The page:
The Treatment, Suzanne Young
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The Treatment

Author: Suzanne Young

Narrator: Joy Osmanski

Unabridged: 9 hr 14 min

Format: Digital Audiobook

Publisher: Simon & Schuster Audio

Published: 04/29/2014

Genre: Young Adult Fiction - Thrillers & Suspense

Ages: 14 - UP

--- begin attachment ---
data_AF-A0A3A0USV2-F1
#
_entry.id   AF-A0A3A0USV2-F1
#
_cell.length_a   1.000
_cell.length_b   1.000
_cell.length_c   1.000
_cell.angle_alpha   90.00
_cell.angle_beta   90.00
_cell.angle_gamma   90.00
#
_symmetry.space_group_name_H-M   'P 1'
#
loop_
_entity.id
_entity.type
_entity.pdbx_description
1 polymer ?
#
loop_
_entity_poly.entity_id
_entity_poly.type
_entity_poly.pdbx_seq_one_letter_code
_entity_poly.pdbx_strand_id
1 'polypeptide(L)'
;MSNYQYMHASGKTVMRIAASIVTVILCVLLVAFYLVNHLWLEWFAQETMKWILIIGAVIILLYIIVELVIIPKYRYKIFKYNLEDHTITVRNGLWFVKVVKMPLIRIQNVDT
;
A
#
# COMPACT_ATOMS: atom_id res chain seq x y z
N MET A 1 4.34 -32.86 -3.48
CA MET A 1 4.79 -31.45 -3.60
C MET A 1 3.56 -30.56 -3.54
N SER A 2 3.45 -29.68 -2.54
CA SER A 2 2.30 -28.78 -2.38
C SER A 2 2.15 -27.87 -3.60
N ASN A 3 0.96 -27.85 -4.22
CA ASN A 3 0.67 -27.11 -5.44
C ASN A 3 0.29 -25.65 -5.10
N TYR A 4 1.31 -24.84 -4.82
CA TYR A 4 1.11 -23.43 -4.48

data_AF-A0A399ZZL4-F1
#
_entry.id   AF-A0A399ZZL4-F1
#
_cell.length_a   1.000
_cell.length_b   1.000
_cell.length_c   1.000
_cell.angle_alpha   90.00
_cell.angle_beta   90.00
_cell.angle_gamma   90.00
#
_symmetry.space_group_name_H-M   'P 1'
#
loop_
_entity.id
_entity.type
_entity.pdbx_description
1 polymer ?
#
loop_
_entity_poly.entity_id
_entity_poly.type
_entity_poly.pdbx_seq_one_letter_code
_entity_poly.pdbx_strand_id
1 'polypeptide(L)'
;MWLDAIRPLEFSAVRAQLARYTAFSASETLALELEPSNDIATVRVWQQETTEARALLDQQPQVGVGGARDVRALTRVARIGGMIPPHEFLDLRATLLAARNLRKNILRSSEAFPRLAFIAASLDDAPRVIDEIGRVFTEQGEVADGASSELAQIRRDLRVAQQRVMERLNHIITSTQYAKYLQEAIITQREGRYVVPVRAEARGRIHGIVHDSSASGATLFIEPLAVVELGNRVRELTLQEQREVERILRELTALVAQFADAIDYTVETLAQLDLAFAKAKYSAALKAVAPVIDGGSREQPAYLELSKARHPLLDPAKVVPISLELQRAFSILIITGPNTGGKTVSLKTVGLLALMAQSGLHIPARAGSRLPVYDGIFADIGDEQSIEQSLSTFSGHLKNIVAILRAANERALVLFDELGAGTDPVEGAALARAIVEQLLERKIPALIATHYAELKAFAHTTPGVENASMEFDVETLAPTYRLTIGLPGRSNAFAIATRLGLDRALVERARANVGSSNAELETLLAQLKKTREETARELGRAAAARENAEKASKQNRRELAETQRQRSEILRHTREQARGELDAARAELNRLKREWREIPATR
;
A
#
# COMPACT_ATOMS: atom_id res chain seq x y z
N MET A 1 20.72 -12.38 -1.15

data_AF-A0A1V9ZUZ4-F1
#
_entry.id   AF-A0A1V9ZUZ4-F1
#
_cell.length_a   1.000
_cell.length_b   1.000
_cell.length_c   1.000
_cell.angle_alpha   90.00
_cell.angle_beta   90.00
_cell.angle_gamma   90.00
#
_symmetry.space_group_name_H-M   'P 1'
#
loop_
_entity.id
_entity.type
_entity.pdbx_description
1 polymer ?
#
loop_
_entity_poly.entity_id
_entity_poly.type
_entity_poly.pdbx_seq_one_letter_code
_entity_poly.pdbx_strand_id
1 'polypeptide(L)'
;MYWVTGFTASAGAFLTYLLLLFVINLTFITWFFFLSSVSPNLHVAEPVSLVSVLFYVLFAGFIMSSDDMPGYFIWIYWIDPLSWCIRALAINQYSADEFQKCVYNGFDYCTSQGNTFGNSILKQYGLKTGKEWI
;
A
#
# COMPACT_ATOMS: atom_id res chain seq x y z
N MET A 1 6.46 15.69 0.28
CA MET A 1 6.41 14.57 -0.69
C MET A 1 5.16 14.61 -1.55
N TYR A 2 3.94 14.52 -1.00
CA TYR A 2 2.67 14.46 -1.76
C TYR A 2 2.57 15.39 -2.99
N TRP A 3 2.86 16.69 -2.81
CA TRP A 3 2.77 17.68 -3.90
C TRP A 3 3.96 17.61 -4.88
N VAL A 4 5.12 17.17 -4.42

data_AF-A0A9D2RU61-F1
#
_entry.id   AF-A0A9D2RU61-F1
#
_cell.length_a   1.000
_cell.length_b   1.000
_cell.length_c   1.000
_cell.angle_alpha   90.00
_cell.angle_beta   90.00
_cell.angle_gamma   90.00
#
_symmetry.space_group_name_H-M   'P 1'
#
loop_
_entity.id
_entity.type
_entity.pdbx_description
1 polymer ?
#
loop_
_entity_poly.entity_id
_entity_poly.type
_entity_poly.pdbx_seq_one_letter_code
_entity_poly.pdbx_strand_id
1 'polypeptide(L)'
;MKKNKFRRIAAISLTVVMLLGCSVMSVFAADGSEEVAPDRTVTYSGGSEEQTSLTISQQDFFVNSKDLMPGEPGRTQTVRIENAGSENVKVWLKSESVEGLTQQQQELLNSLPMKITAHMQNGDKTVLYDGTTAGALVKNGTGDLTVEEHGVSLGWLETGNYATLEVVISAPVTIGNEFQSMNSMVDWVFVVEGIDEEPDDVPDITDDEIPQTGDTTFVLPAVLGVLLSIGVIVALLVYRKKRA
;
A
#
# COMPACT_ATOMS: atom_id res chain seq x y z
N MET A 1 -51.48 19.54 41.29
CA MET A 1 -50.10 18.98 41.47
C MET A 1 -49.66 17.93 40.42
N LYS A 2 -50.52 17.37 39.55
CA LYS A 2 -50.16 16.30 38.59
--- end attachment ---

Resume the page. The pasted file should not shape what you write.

A Reading Group Guide to The Treatment By Suzanne Young   Discussion Questions 1. What can you do to get help if you, or someone close to you, exhibits signs of depression? Who are safe, reliable people in your life whom you can turn to? 2. Compare and contrast The Program to its sequel, The Treatment. How have the main characters changed? How have they remained consistent? Describe your experience reading The Treatment. Do you think it properly continued the story that began in The Program? 3. The Program considers teen depression “an infection.” Define infection. How (or when) does depression qualify as infection? Is that a valid term? Is it possible for depression to be a behavioral contagion, as the Program argues? Sloane posits, “The Program says those who are infected exhibit all sorts of uncharacteristic behaviors, including promiscuity, anger, and depression. Maybe it never occurred to the good doctors that sometimes a couple might just be hot for each other or angry or sad. It’s not always sickness.” Defend or refute Sloane’s theory. 4. Dr. Pritchard explains that a 100 percent cure rate is vitally important to The Program—“the committee made it clear that perfection was the ultimate goal.” Why were the powers behind The Program so concerned with this unanimous “success” rate? 5. Sloane narrates her experience in the Suicide Club, “The people float by, their chatter muted by music—the beats are transfixing, heavy, and soul-scratching. I’m swayed by it, by something I forgot was there—something dark.” Describe the atmosphere of the Suicide Club, and why Sloane and other rebels were attracted to it. 6. Dallas introduces the Suicide Club as a place where the rebels can be themselves. Sloane considers it an opportunity to “be someone else for tonight.” When do you think Sloane was most “herself” in The Treatment? How about Dallas? James? Realm? When in life is it critical to be yourself and when is it okay to be someone else? 7. Throughout the book, Sloane continues to confirm her love for James, in spite of the stressful situations that threaten their relationship, plus a lack of reaffirming memories, on both sides. How does she know that she loves James? On what criteria is her love based? 8. When Realm first reappears and explains himself, Sloane is overwrought with mixed and inexplicable feelings. Then she concludes, “I still trust him. I trust him even though I know he’s lying to me.” What does she mean? How can lying be trustworthy? Have you experienced this discrepancy in your own experiences? 9. At one point, Realm suggests to Sloane, “Everybody lies.” In response, Sloane contemplates, “As odd as the statement is, I think it’s a reflection of our lives. We’re all guilty of hiding things—it’s the nature of the world today. We hide our feelings, we hide our past, we hide our true intentions. There’s no way to know what’s real anymore.” Is this an appropriate estimation of our world today? When and why do people lie? Is lying ever necessary? 10. What is Realm’s purpose in The Treatment? What role does he play in the story itself? How does his character influence the others around him? What is his significance to Sloane? 11. Sloane and Dallas do not get along at first. What is the reason for this negative dynamic? When does Sloane and Dallas’s relationship change, and why? 12. Among their group of Rebels, Cas makes an unexpected decision. How would you explain his motivations and do you agree with them? 13. Upon first reentering The Program, Sloane, feeling angry and betrayed, remarks, “My heart breaks and I shake my head, trying to rid myself of Cas’s memory. Pretending the past few weeks with him never happened.” Are there times we actually want to eliminate memories, like The Program is setting out to do? How would Sloane defend her feelings to The Program, in this situation? 14. What was your first impression of Dr. Pritchard? Did you trust him? Were you suspicious of his intentions? What evidence, in his behavior—or in the reactions of the rebels—contributed to your evaluation of Dr. Pritchard’s sincerity? 15. Dr. Pritchard argues, “The Program can never truly work. It’s in your personality to fight for what you believe in, what you love. The Program will fail because, although it can erase memories, the basic personalities remain unchanged.” How much of one’s personality is tied to memories? What does make up personality? Can one’s personality change, or is it fixed? 16. The Program is in the business, so they say, of providing “fresh starts” to troubled teens. What is the danger of erasing people’s bad memories—their failures and mistakes? 17. Nurse Kell claims, “I’m saving lives,” and “I buried two grandchildren in the past year, Sloane. So don’t assume that I don’t know about the epidemic. I know it far better than you do. I’m just a person willing to do what I can to stop it.” How do you feel about Nurse Kell? Can you empathize with her? How pure are her intentions? 18. One of the scariest aspects of The Program is that it operates without much accountability or supervision—its practices were hidden from the government, even. Who, ultimately, is responsible for keeping our health system (or any public system, for that matter) fair? 19. Kellan Thomas turns out to be a key player in the takedown of The Program. Why is he so invested in this case? Why do you think he risked so much to collaborate with the rebels? 20. Does Sloane love Realm? Did she ever love Realm? Can she love Realm and James at the same time? Who do you think is a better fit for her? 21. What happens to Sloane, James, Realm, and Dallas after The Treatment concludes? Imagine the direction each of their lives take: Do they ever intersect again?     Guide written by Catharine Prodromou, a Lead Teacher at the Alta Vista School in San Francisco, CA. This guide has been provided by Simon & Schuster for classroom, library, and reading group use. It may be reproduced in its entirety or excerpted for these purposes.